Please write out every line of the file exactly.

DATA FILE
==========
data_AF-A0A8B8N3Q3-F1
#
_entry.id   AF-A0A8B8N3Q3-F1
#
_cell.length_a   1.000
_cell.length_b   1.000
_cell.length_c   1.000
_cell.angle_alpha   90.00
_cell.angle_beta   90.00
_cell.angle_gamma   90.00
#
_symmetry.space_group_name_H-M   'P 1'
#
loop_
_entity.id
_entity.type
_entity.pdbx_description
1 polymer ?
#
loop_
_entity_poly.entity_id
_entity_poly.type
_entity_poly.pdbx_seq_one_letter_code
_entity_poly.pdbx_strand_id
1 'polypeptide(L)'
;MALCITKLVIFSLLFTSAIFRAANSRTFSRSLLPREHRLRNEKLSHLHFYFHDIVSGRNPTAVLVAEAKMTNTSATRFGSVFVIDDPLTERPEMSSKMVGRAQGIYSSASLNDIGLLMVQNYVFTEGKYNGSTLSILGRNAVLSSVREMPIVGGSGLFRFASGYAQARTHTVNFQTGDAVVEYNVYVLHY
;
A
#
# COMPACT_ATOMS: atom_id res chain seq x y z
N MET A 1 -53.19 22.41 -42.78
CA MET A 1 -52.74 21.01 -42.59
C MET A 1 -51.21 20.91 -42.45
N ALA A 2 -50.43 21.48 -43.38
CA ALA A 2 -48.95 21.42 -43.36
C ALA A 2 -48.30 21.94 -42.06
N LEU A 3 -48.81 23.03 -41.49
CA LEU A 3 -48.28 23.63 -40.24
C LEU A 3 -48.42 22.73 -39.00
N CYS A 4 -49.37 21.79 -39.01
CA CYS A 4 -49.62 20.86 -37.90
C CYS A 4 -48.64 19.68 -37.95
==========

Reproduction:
data_AF-A0A8B8N3Q3-F1
#
_entry.id   AF-A0A8B8N3Q3-F1
#
_cell.length_a   1.000
_cell.length_b   1.000
_cell.length_c   1.000
_cell.angle_alpha   90.00
_cell.angle_beta   90.00
_cell.angle_gamma   90.00
#
_symmetry.space_group_name_H-M   'P 1'
#
loop_
_entity.id
_entity.type
_entity.pdbx_description
1 polymer ?
#
loop_
_entity_poly.entity_id
_entity_poly.type
_entity_poly.pdbx_seq_one_letter_code
_entity_poly.pdbx_strand_id
1 'polypeptide(L)'
;MALCITKLVIFSLLFTSAIFRAANSRTFSRSLLPREHRLRNEKLSHLHFYFHDIVSGRNPTAVLVAEAKMTNTSATRFGSVFVIDDPLTERPEMSSKMVGRAQGIYSSASLNDIGLLMVQNYVFTEGKYNGSTLSILGRNAVLSSVREMPIVGGSGLFRFASGYAQARTHTVNFQTGDAVVEYNVYVLHY
;
A
#
# COMPACT_ATOMS: atom_id res chain seq x y z
N MET A 1 -53.19 22.41 -42.78
CA MET A 1 -52.74 21.01 -42.59
C MET A 1 -51.21 20.91 -42.45
N ALA A 2 -50.43 21.48 -43.38
CA ALA A 2 -48.95 21.42 -43.36
C ALA A 2 -48.30 21.94 -42.06
N LEU A 3 -48.81 23.03 -41.49
CA LEU A 3 -48.28 23.63 -40.24
C LEU A 3 -48.42 22.73 -39.00
N CYS A 4 -49.37 21.79 -39.01
CA CYS A 4 -49.62 20.86 -37.90
C CYS A 4 -48.64 19.68 -37.95